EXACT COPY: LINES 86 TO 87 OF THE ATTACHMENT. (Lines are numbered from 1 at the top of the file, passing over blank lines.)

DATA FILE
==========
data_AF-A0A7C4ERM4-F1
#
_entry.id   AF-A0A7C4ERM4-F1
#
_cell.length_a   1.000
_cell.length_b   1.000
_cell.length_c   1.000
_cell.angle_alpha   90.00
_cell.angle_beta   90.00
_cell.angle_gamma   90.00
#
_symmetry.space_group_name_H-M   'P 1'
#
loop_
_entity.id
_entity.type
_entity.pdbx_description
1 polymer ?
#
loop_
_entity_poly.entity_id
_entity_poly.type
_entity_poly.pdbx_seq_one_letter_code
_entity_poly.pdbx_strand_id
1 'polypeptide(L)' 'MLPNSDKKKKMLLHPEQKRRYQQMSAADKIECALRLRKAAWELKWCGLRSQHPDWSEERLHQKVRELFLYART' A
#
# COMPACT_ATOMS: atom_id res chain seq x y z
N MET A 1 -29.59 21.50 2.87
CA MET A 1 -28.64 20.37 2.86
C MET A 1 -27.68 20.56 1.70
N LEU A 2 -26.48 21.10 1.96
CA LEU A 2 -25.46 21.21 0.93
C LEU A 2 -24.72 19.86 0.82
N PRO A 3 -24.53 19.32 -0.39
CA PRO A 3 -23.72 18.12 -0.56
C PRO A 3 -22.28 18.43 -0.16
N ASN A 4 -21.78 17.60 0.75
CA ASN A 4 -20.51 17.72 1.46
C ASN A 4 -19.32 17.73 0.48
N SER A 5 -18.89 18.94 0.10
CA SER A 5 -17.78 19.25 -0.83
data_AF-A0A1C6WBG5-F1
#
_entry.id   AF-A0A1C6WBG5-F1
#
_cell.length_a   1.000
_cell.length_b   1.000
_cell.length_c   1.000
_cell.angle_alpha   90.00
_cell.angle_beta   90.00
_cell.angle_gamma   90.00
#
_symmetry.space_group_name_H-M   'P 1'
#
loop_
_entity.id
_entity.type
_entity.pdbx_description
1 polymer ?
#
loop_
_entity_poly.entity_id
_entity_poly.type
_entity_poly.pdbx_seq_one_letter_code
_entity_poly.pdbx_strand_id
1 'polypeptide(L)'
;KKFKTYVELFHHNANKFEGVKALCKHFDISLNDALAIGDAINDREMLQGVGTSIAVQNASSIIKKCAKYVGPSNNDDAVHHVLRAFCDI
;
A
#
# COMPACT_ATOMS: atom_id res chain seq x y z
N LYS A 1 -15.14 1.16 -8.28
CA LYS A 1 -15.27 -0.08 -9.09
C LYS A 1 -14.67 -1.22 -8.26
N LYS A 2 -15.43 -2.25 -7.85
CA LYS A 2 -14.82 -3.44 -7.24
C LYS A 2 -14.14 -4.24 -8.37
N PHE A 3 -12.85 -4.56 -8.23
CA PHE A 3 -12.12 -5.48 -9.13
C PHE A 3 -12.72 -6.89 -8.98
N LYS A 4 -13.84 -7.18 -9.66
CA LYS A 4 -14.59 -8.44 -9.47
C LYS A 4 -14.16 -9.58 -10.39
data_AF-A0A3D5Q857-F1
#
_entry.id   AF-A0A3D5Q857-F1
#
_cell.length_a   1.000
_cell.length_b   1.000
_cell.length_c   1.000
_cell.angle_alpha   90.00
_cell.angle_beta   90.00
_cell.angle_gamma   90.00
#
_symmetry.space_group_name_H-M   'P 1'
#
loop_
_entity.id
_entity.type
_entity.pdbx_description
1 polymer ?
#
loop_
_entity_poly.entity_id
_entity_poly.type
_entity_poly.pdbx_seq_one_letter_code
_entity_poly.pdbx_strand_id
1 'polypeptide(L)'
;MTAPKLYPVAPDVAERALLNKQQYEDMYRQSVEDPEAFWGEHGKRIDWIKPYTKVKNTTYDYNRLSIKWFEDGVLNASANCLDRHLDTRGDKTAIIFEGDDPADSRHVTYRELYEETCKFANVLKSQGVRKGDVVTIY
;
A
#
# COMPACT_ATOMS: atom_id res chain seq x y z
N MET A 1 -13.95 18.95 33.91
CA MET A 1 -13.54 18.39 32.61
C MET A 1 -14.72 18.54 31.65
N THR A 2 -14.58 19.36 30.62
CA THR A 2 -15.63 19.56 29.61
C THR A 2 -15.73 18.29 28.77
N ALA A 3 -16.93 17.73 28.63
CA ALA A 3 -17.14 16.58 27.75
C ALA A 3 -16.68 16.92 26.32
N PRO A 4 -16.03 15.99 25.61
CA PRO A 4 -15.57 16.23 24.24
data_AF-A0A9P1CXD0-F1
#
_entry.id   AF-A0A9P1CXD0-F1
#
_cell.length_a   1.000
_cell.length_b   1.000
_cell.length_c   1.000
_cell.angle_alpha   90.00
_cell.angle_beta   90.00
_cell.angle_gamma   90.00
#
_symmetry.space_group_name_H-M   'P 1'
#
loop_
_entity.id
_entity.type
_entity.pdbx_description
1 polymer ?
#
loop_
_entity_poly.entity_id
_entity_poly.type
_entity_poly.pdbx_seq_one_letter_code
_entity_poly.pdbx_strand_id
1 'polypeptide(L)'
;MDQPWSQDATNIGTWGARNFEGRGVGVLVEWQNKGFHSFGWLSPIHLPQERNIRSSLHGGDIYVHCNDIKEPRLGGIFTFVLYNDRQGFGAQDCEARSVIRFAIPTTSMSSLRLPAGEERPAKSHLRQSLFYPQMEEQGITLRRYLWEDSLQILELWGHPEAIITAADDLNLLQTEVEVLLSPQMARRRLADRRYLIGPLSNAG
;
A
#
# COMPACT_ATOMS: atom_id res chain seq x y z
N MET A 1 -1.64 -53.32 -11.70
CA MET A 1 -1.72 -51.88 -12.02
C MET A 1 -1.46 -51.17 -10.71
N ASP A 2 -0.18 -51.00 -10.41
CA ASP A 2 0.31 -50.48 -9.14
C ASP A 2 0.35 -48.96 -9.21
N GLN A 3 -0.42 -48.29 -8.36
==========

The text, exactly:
_entry.id   AF-A0A3D5Q857-F1
#